Acton Institute Powerblog

Cash for Clunkers and the Poor

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I just read today that the cars traded in for the Cash for Clunkers program are rendered unusable by running liquid glass through the engines.

Has anyone considered the impact of this on the poor? What has happened is that a huge number of low cost cars are being removed from the market. These are cars low income earners would ordinarily drive or teenagers would buy them who need to get to school or work.

What happens when we radically reduce the supply of a particular good? If there are no good substitutes, then the price goes up. In effect, this is a tax on the lower end of the market.

“Progressive” policy isn’t always good for the poor. Acton has been making that point for years. Hopefully, it is becoming more obvious.

Hunter Baker Hunter Baker, J.D., Ph.D. is an associate professor of political science at Union University and an Affiliate Scholar in Religion & Politics at the Acton Institute. He is the author of The End of Secularism and Political Thought: A Student's Guide.


  • David R. Larson

    Is it not the case that one of the objectives of this program is to put out out of commission cars that are ineffficient and polluting by today’s standards? Is there a better way to move toward this environmental goal?

  • a

    Mr. Baker: What evidence do you have for such a claim? It seems like quite a leap of logic to assume that a.) those who bought cars would have bought cars anyways and sold their other ones. b.) they would have sold those cars to the poor. c.) the cars that are eligible have to get 18mpg or less. How is selling a car getting that poor of gas mileage to a low-income individual helpful?

  • A, your first point is not logically necessary from Mr. Baker’s claim. The plain fact of the matter is that the program does replace older cars with newer ones that will last significantly longer. Even had everyone planned on not selling and running their clunkers into the ground there is still a net loss of older cars in the market since they just don’t last as long. That’s part of the definition of being “older.”

    As for your second claim, how is Baker jumping to conclusions by making that assumption? In the end, that’s just a fact about who generally buys those cars. Interestingly, there is an entire market of small used-car dealers and wholesalers who are already expecting a sharp decline in business or to be run out of business altogether.

    As for your final point, when shopping around for a used car I’d much rather have one that uses a bit more gas than pay out the wazoo for those special, price inflated few that still get govt-approved gas mileage. At least, I suspect that’s the way supply and demand will swing the markets around in light of the program.

  • A, there is absolutely no leap in logic. It is axiomatically true that if older cars are rendered unusable by this government program, the total number of used cars in the market will be reduced. Reductions in supply cause increased prices. This argument follows as surely as gravity applies to your existence on planet Earth.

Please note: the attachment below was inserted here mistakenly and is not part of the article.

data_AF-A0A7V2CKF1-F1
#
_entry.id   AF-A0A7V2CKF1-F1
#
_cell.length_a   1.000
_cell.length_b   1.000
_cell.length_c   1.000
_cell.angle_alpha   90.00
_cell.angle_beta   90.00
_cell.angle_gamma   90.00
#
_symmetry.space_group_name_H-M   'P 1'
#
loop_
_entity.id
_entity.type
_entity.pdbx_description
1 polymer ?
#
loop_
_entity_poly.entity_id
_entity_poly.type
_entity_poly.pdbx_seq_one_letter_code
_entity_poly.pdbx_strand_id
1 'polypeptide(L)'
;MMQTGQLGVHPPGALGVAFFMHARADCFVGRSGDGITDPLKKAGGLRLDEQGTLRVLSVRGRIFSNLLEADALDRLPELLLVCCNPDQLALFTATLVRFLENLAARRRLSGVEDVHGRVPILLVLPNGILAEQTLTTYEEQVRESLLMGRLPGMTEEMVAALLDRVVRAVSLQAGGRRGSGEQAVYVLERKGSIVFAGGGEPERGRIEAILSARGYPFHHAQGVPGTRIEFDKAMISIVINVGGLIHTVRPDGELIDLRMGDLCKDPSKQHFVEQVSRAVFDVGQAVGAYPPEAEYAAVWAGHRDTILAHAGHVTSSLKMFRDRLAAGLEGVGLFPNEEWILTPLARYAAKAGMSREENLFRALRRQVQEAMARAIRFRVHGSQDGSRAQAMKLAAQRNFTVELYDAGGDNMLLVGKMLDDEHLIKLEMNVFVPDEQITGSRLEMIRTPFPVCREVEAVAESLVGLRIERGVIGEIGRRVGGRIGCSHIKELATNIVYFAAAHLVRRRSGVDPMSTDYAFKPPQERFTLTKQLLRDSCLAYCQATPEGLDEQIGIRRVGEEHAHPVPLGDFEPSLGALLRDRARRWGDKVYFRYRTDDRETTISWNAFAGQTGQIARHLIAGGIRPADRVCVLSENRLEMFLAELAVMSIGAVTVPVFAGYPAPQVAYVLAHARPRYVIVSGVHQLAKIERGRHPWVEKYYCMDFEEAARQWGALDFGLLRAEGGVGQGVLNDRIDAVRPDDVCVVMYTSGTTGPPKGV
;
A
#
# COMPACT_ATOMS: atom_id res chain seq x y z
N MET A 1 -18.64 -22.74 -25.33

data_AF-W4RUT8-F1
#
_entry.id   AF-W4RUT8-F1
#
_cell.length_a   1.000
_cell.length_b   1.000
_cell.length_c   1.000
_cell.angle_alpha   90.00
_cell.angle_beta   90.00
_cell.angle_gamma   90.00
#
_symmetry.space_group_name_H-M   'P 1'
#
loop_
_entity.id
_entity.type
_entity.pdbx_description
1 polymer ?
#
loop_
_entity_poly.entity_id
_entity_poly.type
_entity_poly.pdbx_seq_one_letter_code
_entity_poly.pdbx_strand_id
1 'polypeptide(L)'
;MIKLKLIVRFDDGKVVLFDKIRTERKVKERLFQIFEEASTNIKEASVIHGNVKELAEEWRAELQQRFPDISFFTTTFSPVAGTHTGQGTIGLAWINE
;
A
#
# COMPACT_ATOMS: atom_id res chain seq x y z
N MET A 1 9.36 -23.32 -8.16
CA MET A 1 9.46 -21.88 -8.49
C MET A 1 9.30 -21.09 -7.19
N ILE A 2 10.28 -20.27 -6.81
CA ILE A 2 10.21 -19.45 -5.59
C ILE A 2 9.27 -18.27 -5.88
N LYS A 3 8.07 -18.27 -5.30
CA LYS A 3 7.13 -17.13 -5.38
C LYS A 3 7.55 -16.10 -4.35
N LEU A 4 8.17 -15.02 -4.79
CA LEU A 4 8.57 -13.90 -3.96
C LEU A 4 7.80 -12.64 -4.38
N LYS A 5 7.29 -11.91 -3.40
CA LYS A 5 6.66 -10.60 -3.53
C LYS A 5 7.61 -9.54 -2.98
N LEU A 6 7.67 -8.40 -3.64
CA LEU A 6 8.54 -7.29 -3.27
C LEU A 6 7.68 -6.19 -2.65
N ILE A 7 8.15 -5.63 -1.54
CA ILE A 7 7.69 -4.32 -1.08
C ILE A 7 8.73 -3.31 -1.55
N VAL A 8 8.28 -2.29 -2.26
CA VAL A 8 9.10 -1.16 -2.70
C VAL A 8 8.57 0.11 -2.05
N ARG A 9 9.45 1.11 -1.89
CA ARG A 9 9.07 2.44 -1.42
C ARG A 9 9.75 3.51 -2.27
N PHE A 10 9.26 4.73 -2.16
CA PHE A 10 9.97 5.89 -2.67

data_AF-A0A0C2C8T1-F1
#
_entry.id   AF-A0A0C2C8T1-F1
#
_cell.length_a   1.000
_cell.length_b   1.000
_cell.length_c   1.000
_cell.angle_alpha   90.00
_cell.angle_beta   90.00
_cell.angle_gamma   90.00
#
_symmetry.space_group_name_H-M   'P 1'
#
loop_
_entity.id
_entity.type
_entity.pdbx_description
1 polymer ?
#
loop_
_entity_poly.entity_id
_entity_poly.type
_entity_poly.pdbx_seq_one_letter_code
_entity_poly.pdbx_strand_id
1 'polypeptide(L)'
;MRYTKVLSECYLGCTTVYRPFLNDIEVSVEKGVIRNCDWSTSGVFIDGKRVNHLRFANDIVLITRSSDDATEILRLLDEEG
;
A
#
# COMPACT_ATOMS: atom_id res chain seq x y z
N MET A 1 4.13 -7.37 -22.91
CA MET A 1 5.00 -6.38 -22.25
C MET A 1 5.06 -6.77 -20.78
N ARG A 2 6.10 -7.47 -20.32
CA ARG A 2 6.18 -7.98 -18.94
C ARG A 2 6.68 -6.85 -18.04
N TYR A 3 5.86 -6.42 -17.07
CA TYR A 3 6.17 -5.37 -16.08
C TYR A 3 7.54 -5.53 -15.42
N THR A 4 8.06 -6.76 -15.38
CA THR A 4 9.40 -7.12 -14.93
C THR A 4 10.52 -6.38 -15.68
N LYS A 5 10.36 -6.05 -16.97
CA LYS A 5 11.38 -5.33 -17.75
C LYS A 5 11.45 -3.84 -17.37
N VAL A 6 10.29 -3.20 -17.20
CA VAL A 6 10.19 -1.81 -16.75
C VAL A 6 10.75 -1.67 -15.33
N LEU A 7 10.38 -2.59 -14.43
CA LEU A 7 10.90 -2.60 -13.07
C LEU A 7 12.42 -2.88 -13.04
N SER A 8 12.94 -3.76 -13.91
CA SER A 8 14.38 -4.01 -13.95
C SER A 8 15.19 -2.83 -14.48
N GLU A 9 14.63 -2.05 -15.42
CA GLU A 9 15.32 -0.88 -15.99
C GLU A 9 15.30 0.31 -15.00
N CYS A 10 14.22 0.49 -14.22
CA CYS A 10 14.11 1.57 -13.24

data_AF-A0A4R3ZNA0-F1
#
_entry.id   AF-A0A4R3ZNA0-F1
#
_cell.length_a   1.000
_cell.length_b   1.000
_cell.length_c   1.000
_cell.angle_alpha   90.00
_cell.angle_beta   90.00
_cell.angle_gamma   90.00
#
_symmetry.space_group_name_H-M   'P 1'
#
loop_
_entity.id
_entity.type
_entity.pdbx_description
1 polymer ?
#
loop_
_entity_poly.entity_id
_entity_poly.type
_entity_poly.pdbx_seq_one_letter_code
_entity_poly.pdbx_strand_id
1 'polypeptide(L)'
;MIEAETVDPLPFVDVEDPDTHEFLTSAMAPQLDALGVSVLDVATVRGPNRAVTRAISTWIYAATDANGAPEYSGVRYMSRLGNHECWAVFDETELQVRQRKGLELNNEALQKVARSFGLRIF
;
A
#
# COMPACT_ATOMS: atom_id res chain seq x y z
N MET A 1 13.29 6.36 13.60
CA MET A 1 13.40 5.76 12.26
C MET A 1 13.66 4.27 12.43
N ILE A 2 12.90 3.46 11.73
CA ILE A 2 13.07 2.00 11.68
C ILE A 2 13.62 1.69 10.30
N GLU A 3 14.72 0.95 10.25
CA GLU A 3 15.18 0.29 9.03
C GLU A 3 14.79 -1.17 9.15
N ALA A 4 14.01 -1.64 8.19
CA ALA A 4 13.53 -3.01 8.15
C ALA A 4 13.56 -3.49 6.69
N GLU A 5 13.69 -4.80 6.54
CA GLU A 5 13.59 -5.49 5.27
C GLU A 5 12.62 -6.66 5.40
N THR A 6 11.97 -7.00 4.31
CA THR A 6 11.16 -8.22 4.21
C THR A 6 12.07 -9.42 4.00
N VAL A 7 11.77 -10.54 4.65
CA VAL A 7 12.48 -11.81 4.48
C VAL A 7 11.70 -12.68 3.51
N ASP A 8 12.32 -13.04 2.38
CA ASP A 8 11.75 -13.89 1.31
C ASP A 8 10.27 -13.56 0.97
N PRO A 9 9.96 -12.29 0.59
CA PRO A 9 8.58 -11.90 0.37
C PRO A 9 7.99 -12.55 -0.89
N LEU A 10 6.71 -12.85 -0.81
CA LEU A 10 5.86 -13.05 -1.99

• Pete

    In addition to the individual poor who lose by this program, countless non-profits who utilize car donations to help raise money are losing out.

  • Glenn Sunshine

    As for the environmental impact, ask how much energy and other resources are used and how much pollution released to produce those new cars, and whether the gas savings from getting the “clunkers” off the market will offset that.

    As far as the poor go, if I have a choice between a cheap gas hog or an expensive fuel efficient car, the first may be my only viable option. Eliminate that, and I do without a car altogether.

  • The reality of it is Mr. Baker is that it is exactly the government’s intent to eliminate the opportunity for car ownership for the poor. This would necessitate them relying on public transportation. This would then enslave them even further to the Central Planners in Washington.

    Sorry to sound so conspiratorial, but follow the logic – you’ll see that I am right.


    After watching a perfectly good Volvo S-80 get fried in one of these videos I am disgusted that good older model cars are being destroyed!! The comment “How is selling a car getting that poor of gas mileage to a low-income individual helpful?” makes no sense – the Volvo fried in that video gets 18 mpg – certainly better than a single mom with no car at all!! People – wake up – this is YOUR money!!

  • Rowland

    This is the dawning of a new era. Goverment owns GM, the banks, and now they are tricking us into buying thier new cars. Why not let the government sell these cars very cheaply to the families in need? I can’t afford a $30,000 car, much less the $350 car payments and $200 insurance payments each month. THERE WILL BE NO MIDDLE CLASS. They already beefed up Food Stamps and Gov’rment housing, why not cars? Its a complete WASTE to see nice cars being destroyed, and in some cases, VERY nice cars. Ive heard stories of an Aston Martin, BMW 7 series, Mercedes-Benz, cars that can achieve 200,000+ miles on 1 engine being ‘glassed’. Its a dark day to be a car enthusiast.

  • Ken

    FYI,I live in govt housing.We recieved a 1 week notice yesterday that any innoperable vehicle we have will be towed,against our will,at our expense.The only vehicle I own will be gone after aug 31.It’s a 1991 olds and I’m having difficulty finding parts,and,being disabled,difficulty working on this car for any length of time.No worries says my govt.,you won’t have a car to work on.So who do I thank for taking this task away from me?And,since there is NO public transportation available in my town……